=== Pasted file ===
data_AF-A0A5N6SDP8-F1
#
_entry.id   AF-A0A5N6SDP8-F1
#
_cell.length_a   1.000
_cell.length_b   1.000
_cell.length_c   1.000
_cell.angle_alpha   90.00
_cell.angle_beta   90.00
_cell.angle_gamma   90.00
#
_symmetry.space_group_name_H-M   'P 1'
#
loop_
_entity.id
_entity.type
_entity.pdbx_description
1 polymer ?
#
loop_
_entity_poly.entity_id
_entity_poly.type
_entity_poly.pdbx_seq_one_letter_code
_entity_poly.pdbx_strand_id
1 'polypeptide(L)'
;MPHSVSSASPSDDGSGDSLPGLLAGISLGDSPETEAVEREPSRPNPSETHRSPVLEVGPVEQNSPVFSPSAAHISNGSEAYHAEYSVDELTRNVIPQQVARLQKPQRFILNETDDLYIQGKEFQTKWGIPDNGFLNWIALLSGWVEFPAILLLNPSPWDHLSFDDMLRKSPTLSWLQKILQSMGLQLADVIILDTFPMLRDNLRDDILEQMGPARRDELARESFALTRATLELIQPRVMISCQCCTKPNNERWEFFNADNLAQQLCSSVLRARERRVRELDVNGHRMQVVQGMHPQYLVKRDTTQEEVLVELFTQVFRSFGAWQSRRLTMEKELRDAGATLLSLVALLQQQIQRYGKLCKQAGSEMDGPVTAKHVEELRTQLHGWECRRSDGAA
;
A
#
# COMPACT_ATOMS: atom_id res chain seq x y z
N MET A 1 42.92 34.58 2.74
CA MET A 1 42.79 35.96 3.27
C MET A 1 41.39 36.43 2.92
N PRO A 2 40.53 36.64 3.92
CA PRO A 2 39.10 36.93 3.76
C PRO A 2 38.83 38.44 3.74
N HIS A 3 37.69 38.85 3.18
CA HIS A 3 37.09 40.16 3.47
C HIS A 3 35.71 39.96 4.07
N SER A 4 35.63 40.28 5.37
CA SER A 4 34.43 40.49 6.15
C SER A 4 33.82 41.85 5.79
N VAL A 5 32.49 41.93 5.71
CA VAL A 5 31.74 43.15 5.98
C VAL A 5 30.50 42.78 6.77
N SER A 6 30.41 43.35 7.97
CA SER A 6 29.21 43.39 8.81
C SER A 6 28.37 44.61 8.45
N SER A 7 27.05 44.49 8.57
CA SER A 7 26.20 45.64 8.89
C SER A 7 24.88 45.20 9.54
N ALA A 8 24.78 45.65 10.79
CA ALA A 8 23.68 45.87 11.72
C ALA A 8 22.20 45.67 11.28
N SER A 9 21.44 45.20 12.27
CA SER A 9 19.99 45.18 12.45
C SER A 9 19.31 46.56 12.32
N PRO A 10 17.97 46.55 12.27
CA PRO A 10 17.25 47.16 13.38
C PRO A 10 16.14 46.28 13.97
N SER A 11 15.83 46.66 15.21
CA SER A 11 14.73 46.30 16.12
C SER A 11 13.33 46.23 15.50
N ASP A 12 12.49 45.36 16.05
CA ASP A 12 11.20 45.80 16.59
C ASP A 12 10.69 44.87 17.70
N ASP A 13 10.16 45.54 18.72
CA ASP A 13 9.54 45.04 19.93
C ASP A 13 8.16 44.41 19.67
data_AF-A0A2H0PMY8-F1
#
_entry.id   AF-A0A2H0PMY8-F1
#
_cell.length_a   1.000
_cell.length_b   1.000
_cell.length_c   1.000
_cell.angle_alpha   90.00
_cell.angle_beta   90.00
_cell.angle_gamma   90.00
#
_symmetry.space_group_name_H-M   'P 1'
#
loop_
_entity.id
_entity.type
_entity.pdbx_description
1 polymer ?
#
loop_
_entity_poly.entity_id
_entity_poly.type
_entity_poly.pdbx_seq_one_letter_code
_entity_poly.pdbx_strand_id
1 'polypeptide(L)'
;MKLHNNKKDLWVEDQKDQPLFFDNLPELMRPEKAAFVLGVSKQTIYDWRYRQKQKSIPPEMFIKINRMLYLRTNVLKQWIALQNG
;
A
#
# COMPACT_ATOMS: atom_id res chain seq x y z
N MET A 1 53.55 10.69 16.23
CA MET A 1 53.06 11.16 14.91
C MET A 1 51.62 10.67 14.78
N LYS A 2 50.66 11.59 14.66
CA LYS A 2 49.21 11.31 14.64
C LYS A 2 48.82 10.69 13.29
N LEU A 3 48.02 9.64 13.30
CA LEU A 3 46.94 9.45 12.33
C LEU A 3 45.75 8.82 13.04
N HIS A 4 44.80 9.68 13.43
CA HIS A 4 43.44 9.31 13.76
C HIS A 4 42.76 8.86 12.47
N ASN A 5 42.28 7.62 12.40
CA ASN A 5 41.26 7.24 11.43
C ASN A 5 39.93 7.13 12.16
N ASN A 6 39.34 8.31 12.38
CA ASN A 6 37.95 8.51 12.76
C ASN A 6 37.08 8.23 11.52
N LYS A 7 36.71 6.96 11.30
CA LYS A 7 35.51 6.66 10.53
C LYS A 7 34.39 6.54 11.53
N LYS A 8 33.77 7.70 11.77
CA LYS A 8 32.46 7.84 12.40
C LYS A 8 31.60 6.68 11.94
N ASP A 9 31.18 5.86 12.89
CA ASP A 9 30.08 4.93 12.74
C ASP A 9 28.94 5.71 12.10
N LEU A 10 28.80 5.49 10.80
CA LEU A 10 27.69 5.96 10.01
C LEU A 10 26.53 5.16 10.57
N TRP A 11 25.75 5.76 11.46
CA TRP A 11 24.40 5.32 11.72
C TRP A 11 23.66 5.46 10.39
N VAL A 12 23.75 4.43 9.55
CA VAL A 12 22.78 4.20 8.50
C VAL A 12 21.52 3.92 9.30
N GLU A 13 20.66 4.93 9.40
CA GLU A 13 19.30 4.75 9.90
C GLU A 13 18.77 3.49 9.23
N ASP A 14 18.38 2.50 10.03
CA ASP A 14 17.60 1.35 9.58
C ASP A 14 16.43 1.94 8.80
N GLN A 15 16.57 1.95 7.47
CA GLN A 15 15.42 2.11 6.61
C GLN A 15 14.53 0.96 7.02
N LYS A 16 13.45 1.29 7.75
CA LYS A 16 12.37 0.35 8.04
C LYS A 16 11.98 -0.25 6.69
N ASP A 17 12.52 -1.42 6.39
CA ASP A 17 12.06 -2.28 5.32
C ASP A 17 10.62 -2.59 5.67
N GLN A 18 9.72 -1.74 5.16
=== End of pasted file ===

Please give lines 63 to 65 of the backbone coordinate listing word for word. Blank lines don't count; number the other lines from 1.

C SER A 11 13.33 46.23 15.50
N ASP A 12 12.49 45.36 16.05
CA ASP A 12 11.20 45.80 16.59